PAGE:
Tasse d’apprentissage : 3 astuces si bébé ne parvient pas à boire - Élhée

Training cup: 3 tips if baby can't drink

Have you decided to introduce a cup of learning into your child's life? Before that, make sure it is ready! 

If your baby seems to reject it or is unable to drink correctly with this new system, slightly different from a bottle , we advise you to wait a little and repeat the operation a few days or weeks later. 

Other tips can also help you convince your child to drink water or even milk from their brand new cup!



1 # Show baby how to drink from his training cup

If your child has difficulty drinking from their training cup, it may be because they don't know how to do it! Take the cup and explain in simple words how to tilt the cup.

Mime the gestures he will have to reproduce to achieve this.

Take the object in your hands and act in the same way as if you were using it for yourself!

In turn, each parent can participate in order to familiarize baby with this new routine. The integration of new equipment involves a systematic demystification phase which reassures the child.

Try not to worry if baby doesn't drink right away, give him time to adjust.


2 # Offer him a drink he likes and serve it in his learning cup

With the WHO recommending that parents only serve water or milk to their children, the choice of drinks is limited. But you can enhance his snack with cereals to flavor his drink. Be sure to use a little so as not to clog the orifice of the anti-leak spout .

This lovingly prepared milk formula will motivate your child to try again!

Ideally, plan to purchase a mug that is microwaveable and easy to clean . If water is hardly a problem, it is more difficult to remove milk residue stuck to the bottom of a cup than from a baby bottle. The shape of your cup will play an extremely important role in this matter.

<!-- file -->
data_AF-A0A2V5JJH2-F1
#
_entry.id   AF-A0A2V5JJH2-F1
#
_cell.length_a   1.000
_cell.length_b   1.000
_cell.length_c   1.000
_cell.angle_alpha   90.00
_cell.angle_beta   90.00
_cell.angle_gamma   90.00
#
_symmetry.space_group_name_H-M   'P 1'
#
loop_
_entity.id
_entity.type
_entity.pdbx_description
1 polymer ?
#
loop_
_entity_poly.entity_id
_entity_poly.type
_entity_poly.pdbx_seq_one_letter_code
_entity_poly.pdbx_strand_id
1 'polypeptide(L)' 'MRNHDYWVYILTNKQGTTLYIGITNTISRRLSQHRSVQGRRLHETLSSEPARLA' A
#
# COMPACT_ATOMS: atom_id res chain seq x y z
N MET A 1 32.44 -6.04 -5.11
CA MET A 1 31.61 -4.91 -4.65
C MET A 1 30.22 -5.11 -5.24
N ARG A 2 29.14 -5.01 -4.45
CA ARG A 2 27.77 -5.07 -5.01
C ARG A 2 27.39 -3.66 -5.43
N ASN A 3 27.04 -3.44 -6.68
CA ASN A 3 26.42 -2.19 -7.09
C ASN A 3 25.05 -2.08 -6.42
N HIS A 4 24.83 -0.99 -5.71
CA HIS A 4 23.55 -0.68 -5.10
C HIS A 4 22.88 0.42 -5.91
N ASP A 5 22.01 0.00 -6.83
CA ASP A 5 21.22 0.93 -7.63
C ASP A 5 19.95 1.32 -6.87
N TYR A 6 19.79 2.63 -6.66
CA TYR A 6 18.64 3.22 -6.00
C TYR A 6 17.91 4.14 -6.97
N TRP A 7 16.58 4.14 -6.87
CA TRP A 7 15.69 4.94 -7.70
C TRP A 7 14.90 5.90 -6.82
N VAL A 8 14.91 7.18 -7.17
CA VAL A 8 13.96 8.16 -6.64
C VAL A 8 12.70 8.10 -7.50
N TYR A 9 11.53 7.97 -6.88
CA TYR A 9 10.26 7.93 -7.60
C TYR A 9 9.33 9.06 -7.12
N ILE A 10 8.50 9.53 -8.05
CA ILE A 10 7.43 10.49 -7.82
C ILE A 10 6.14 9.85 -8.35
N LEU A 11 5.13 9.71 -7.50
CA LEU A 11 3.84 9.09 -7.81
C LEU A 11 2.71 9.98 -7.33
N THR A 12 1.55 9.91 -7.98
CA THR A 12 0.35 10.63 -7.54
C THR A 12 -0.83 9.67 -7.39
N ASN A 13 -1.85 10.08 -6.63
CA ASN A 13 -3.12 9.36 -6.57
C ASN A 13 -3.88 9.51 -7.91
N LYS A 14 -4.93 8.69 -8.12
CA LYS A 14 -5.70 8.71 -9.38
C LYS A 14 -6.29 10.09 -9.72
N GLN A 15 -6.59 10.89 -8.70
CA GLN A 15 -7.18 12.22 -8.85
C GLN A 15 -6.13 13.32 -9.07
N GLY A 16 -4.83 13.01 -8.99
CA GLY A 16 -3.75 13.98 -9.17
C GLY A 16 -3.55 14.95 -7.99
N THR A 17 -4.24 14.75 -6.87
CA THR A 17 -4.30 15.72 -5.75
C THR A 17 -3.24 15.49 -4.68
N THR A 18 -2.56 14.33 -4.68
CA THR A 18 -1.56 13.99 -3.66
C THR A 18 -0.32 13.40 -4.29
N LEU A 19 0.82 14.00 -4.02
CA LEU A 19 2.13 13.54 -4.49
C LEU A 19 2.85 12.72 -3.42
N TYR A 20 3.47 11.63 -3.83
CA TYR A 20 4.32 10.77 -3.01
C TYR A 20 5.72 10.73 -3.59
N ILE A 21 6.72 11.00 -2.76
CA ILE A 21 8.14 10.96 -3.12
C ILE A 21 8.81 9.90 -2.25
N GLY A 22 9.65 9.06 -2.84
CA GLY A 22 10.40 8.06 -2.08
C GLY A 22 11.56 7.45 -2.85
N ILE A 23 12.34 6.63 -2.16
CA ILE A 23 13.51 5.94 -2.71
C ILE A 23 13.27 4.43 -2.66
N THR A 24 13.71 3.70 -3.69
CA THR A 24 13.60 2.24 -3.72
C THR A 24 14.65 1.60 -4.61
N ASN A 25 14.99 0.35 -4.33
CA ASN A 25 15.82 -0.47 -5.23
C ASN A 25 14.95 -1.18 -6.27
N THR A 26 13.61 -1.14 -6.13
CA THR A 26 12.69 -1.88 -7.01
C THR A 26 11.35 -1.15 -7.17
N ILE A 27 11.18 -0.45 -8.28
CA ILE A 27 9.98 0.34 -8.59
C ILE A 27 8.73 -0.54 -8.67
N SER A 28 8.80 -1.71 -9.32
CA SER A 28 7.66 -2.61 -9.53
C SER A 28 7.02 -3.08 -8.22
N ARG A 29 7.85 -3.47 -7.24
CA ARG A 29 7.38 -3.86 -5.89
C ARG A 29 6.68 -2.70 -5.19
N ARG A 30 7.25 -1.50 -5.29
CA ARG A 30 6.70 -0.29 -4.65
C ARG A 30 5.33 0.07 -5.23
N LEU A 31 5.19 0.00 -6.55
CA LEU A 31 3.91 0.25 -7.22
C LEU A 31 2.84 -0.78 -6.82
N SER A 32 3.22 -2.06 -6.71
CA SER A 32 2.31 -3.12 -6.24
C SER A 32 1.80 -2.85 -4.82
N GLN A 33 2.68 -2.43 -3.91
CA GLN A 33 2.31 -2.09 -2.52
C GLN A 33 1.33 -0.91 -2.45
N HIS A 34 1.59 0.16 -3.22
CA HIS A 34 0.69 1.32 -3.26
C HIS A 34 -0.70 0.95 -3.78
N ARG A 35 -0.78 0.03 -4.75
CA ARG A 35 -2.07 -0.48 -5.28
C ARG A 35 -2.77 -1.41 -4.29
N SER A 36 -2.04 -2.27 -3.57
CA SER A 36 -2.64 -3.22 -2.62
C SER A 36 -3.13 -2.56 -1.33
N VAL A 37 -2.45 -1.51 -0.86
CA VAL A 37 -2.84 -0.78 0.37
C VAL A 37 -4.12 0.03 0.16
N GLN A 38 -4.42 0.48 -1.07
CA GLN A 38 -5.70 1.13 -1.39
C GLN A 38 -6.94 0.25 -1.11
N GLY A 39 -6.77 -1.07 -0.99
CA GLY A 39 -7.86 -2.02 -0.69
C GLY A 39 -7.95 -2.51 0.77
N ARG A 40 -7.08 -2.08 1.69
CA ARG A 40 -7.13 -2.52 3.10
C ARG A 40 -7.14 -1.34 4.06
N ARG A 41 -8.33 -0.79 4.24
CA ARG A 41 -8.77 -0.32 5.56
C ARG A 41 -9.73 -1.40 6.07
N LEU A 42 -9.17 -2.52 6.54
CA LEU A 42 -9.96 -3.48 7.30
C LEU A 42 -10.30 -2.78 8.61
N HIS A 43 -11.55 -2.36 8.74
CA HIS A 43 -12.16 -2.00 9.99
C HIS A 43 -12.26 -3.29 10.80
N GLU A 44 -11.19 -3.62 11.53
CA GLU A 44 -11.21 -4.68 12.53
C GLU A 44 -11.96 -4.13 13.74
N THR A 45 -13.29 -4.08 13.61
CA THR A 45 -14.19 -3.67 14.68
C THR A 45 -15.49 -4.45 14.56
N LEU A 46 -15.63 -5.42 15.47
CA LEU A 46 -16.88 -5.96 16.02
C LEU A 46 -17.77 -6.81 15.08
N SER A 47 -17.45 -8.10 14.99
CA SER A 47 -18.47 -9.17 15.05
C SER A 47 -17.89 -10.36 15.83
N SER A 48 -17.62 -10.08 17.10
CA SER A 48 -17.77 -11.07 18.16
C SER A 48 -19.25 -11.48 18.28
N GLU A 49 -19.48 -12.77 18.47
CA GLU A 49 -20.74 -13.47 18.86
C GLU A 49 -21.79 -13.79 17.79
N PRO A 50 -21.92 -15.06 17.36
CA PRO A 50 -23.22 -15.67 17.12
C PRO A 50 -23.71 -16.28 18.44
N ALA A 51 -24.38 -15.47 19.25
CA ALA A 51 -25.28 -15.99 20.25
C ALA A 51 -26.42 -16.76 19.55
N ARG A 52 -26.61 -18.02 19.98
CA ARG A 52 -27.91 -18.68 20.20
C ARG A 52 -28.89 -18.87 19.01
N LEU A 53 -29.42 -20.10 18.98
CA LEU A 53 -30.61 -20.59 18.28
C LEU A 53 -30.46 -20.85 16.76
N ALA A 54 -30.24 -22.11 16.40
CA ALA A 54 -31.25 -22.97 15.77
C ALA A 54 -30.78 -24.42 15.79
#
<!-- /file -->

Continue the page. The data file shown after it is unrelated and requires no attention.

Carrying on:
3# Try a different learning cup than the one you already own

baby grabs his elhée learning cup

Unfortunately, the cup you are using may not be suitable for your baby.

Try different training cup designs to see if your baby prefers a different shape or material. Texture is indeed an ultimate criterion not to be neglected. Babies use the sense of touch more than adults.


Did you know that some learning cups were designed with the aim of improving babies' experience ? These cups made from medical grade silicone (zero harmful agents) offer a silky texture as soft as silk... And babies love them!

To find out more, read this article ! 🍼



Look for a prior cause in the child's denial 

Is it possible that your baby had a traumatic experience with his training cup?

  • Did he land it on his feet when he dropped it?
  • Did he splash himself inadvertently?
  • Was he scared in any way?


Try to remember the first times baby used his cup. If things went badly, he may fear experiencing another tragedy.

Sometimes, a situation that seems insignificant to you can be very difficult for your baby. Far from exaggerating, your little one is simply prey to heightened emotions that he struggles to channel and unusual objects that are far from familiar.